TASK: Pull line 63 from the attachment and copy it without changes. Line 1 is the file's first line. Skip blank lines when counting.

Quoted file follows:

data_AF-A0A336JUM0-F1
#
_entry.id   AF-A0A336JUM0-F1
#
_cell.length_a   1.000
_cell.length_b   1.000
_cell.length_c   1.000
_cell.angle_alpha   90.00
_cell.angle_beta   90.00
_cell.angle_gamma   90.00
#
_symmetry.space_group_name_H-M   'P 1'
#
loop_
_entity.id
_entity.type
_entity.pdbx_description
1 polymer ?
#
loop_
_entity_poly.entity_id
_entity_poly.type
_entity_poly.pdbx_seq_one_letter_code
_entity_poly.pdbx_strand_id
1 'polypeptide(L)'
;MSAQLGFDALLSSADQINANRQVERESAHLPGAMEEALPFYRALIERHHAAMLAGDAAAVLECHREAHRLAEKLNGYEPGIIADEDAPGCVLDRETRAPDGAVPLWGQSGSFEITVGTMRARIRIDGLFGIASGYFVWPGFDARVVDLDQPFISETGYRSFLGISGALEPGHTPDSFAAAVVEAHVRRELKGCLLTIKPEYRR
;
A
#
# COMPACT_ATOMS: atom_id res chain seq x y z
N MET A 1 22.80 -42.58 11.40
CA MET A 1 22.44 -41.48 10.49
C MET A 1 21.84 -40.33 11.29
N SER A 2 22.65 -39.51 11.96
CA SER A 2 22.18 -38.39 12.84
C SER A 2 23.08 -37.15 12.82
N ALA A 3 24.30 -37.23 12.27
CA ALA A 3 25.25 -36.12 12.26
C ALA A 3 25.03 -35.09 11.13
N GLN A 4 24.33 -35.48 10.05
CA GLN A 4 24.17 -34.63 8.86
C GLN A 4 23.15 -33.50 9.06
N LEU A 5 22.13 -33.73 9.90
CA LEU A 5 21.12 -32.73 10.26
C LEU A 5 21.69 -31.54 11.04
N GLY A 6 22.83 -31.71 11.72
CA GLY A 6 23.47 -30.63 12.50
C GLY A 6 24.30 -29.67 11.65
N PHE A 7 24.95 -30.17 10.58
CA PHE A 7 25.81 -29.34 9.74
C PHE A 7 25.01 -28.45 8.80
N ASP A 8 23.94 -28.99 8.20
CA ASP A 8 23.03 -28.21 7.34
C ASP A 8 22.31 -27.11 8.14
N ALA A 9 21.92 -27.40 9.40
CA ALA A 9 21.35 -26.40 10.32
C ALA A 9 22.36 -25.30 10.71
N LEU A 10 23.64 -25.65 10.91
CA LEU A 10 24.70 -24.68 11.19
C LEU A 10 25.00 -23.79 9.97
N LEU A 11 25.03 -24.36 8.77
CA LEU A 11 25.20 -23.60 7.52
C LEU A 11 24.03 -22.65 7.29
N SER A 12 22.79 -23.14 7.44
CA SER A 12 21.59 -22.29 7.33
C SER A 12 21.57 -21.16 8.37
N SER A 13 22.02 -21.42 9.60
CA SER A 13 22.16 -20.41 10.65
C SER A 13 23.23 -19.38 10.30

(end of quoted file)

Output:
C LEU A 11 24.03 -22.65 7.29